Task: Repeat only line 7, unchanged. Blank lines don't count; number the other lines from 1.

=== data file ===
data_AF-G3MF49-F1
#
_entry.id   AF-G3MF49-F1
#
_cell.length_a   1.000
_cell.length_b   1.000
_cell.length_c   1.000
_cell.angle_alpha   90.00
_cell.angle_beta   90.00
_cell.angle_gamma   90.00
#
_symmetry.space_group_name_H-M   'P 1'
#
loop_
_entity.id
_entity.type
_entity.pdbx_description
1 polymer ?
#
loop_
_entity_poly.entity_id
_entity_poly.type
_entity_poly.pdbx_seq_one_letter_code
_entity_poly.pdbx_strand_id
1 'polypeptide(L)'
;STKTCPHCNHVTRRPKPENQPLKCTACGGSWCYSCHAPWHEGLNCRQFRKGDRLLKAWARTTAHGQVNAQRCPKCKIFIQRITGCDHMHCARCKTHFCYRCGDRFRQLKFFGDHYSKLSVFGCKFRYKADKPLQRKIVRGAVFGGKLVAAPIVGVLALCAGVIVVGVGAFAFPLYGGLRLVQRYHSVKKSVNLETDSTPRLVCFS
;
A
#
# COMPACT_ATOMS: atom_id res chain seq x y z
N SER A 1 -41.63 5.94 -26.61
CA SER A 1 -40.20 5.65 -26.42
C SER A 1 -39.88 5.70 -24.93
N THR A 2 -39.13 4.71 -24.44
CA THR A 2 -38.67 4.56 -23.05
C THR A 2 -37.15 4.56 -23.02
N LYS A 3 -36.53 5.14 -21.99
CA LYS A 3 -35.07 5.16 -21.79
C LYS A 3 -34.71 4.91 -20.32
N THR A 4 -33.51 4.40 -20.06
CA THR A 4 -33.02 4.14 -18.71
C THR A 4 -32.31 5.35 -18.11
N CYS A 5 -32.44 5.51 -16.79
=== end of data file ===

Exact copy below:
_cell.length_c   1.000